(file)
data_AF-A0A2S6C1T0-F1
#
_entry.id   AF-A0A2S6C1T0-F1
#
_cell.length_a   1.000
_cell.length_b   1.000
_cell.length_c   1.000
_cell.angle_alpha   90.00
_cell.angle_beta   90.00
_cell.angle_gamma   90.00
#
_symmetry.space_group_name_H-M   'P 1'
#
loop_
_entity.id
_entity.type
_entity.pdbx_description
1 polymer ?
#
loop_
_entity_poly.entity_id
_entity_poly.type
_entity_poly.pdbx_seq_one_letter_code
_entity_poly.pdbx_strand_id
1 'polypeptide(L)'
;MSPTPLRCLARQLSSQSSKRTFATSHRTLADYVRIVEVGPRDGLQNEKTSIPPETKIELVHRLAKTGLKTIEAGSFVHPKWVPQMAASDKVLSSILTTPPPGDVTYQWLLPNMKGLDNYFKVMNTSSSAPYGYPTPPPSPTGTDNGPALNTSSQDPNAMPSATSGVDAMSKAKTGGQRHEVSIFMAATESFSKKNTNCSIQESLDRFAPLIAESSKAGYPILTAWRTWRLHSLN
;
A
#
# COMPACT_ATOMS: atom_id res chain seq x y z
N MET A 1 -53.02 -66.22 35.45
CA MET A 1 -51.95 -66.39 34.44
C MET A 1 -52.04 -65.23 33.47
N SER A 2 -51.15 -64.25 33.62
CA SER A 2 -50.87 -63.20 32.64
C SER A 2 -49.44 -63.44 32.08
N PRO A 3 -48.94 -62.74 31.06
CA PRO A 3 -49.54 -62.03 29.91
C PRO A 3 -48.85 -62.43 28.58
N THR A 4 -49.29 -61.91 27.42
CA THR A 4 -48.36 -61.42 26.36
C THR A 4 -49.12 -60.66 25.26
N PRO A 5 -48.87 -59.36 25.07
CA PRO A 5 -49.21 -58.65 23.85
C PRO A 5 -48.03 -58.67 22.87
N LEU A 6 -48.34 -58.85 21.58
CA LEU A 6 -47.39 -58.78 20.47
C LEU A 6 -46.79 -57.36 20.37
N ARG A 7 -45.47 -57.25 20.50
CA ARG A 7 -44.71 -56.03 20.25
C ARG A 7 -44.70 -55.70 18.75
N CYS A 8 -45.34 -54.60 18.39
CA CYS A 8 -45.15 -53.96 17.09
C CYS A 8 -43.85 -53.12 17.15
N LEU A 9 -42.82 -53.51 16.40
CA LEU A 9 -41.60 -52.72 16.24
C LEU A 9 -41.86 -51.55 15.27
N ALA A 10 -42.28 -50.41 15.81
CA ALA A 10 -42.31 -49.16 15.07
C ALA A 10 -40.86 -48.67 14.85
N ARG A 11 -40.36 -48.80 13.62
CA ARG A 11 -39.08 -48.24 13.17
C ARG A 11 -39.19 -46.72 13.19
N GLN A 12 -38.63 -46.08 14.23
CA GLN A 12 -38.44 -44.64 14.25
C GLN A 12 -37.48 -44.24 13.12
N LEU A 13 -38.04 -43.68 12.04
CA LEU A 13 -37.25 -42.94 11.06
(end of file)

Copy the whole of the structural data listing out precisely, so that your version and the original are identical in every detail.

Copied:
data_AF-A0A2S6C1T0-F1
#
_entry.id   AF-A0A2S6C1T0-F1
#
_cell.length_a   1.000
_cell.length_b   1.000
_cell.length_c   1.000
_cell.angle_alpha   90.00
_cell.angle_beta   90.00
_cell.angle_gamma   90.00
#
_symmetry.space_group_name_H-M   'P 1'
#
loop_
_entity.id
_entity.type
_entity.pdbx_description
1 polymer ?
#
loop_
_entity_poly.entity_id
_entity_poly.type
_entity_poly.pdbx_seq_one_letter_code
_entity_poly.pdbx_strand_id
1 'polypeptide(L)'
;MSPTPLRCLARQLSSQSSKRTFATSHRTLADYVRIVEVGPRDGLQNEKTSIPPETKIELVHRLAKTGLKTIEAGSFVHPKWVPQMAASDKVLSSILTTPPPGDVTYQWLLPNMKGLDNYFKVMNTSSSAPYGYPTPPPSPTGTDNGPALNTSSQDPNAMPSATSGVDAMSKAKTGGQRHEVSIFMAATESFSKKNTNCSIQESLDRFAPLIAESSKAGYPILTAWRTWRLHSLN
;
A
#
# COMPACT_ATOMS: atom_id res chain seq x y z
N MET A 1 -53.02 -66.22 35.45
CA MET A 1 -51.95 -66.39 34.44
C MET A 1 -52.04 -65.23 33.47
N SER A 2 -51.15 -64.25 33.62
CA SER A 2 -50.87 -63.20 32.64
C SER A 2 -49.44 -63.44 32.08
N PRO A 3 -48.94 -62.74 31.06
CA PRO A 3 -49.54 -62.03 29.91
C PRO A 3 -48.85 -62.43 28.58
N THR A 4 -49.29 -61.91 27.42
CA THR A 4 -48.36 -61.42 26.36
C THR A 4 -49.12 -60.66 25.26
N PRO A 5 -48.87 -59.36 25.07
CA PRO A 5 -49.21 -58.65 23.85
C PRO A 5 -48.03 -58.67 22.87
N LEU A 6 -48.34 -58.85 21.58
CA LEU A 6 -47.39 -58.78 20.47
C LEU A 6 -46.79 -57.36 20.37
N ARG A 7 -45.47 -57.25 20.50
CA ARG A 7 -44.71 -56.03 20.25
C ARG A 7 -44.70 -55.70 18.75
N CYS A 8 -45.34 -54.60 18.39
CA CYS A 8 -45.15 -53.96 17.09
C CYS A 8 -43.85 -53.12 17.15
N LEU A 9 -42.82 -53.51 16.40
CA LEU A 9 -41.60 -52.72 16.24
C LEU A 9 -41.86 -51.55 15.27
N ALA A 10 -42.28 -50.41 15.81
CA ALA A 10 -42.31 -49.16 15.07
C ALA A 10 -40.86 -48.67 14.85
N ARG A 11 -40.36 -48.80 13.62
CA ARG A 11 -39.08 -48.24 13.17
C ARG A 11 -39.19 -46.72 13.19
N GLN A 12 -38.63 -46.08 14.23
CA GLN A 12 -38.44 -44.64 14.25
C GLN A 12 -37.48 -44.24 13.12
N LEU A 13 -38.04 -43.68 12.04
CA LEU A 13 -37.25 -42.94 11.06